Robert Watson of Edina helped put the Twin Cities Scrabble scene on the map when he became national champion 20 years ago. Although the 59-year-old Allianz executive quit playing competitively after his 1988 win, he still plays with friends and remembers the championship run.

Q Why did you begin playing Scrabble?

A While at medical school ... we'd have these fantastically frenetic Boggle games. I went through an entire dictionary and wrote the three- and four-letter words, and I could beat everybody but this one guy. Eventually, everybody quit playing with us. Boggle came to an end and we converted to Scrabble.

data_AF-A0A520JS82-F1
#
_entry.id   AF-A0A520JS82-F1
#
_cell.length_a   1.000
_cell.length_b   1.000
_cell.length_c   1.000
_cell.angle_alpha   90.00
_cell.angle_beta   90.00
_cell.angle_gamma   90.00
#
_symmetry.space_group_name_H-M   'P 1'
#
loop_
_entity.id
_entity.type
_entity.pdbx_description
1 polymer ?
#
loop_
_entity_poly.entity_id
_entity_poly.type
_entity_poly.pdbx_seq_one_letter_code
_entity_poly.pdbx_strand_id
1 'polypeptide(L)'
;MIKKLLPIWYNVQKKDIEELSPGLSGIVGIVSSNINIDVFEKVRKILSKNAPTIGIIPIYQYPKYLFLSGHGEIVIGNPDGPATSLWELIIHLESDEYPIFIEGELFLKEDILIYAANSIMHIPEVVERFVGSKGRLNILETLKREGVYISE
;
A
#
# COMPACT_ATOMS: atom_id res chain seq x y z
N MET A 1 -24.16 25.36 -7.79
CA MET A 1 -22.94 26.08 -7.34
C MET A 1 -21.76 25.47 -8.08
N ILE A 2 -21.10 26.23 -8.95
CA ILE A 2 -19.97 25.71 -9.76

Q Did you have a secret strategy?

A You've got to know your four-vowel, seven- and eight-letter words. [And] in my day, I was very good at bluffing. That was my greatest satisfaction, ultimately, to bluff the other masters.

Q Why did you stop playing competitively?

A They changed the [Official Scrabble Players' Dictionary]. After eight or nine or 10 years, something like 2,000 new words were added. My research was picking up, I had a daughter and a family, and for me to take those 2,000 words and rework my word lists just wasn't something I could do.

Q Do you still think about Scrabble?

A I'll still sit down and read a page of the dictionary just for fun to see how many words I remember.

Q Will you play competitively again?

A People have very much wanted me to come to tournaments to play again -- my rating is still one of the highest out there -- but I'm not especially inclined to.